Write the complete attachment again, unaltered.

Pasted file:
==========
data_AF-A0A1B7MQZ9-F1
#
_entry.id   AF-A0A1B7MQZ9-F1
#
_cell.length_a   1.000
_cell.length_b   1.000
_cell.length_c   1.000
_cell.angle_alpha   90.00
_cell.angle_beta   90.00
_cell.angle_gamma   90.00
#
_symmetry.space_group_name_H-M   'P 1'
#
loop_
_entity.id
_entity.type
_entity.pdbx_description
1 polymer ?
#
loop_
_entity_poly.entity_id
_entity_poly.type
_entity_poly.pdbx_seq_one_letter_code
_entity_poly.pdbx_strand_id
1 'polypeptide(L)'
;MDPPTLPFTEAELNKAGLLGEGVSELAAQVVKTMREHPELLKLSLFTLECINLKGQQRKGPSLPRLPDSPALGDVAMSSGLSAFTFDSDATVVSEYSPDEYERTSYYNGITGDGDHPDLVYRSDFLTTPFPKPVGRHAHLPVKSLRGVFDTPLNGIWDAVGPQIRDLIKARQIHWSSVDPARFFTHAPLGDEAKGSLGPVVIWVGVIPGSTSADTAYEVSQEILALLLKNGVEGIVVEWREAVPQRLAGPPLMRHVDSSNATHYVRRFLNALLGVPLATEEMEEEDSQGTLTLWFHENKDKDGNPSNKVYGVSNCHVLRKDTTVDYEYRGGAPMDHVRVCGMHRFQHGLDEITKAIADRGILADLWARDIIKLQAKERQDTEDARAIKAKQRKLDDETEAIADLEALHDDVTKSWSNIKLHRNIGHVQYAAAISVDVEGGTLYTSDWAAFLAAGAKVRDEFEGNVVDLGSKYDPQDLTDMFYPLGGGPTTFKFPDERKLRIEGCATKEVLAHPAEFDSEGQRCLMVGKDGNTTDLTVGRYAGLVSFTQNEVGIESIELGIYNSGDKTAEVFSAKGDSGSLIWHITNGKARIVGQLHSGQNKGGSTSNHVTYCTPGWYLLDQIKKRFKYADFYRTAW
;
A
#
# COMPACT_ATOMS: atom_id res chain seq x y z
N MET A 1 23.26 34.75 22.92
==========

data_AF-A0A1B7MQZ9-F1
#
_entry.id   AF-A0A1B7MQZ9-F1
#
_cell.length_a   1.000
_cell.length_b   1.000
_cell.length_c   1.000
_cell.angle_alpha   90.00
_cell.angle_beta   90.00
_cell.angle_gamma   90.00
#
_symmetry.space_group_name_H-M   'P 1'
#
loop_
_entity.id
_entity.type
_entity.pdbx_description
1 polymer ?
#
loop_
_entity_poly.entity_id
_entity_poly.type
_entity_poly.pdbx_seq_one_letter_code
_entity_poly.pdbx_strand_id
1 'polypeptide(L)'
;MDPPTLPFTEAELNKAGLLGEGVSELAAQVVKTMREHPELLKLSLFTLECINLKGQQRKGPSLPRLPDSPALGDVAMSSGLSAFTFDSDATVVSEYSPDEYERTSYYNGITGDGDHPDLVYRSDFLTTPFPKPVGRHAHLPVKSLRGVFDTPLNGIWDAVGPQIRDLIKARQIHWSSVDPARFFTHAPLGDEAKGSLGPVVIWVGVIPGSTSADTAYEVSQEILALLLKNGVEGIVVEWREAVPQRLAGPPLMRHVDSSNATHYVRRFLNALLGVPLATEEMEEEDSQGTLTLWFHENKDKDGNPSNKVYGVSNCHVLRKDTTVDYEYRGGAPMDHVRVCGMHRFQHGLDEITKAIADRGILADLWARDIIKLQAKERQDTEDARAIKAKQRKLDDETEAIADLEALHDDVTKSWSNIKLHRNIGHVQYAAAISVDVEGGTLYTSDWAAFLAAGAKVRDEFEGNVVDLGSKYDPQDLTDMFYPLGGGPTTFKFPDERKLRIEGCATKEVLAHPAEFDSEGQRCLMVGKDGNTTDLTVGRYAGLVSFTQNEVGIESIELGIYNSGDKTAEVFSAKGDSGSLIWHITNGKARIVGQLHSGQNKGGSTSNHVTYCTPGWYLLDQIKKRFKYADFYRTAW
;
A
#
# COMPACT_ATOMS: atom_id res chain seq x y z
N MET A 1 23.26 34.75 22.92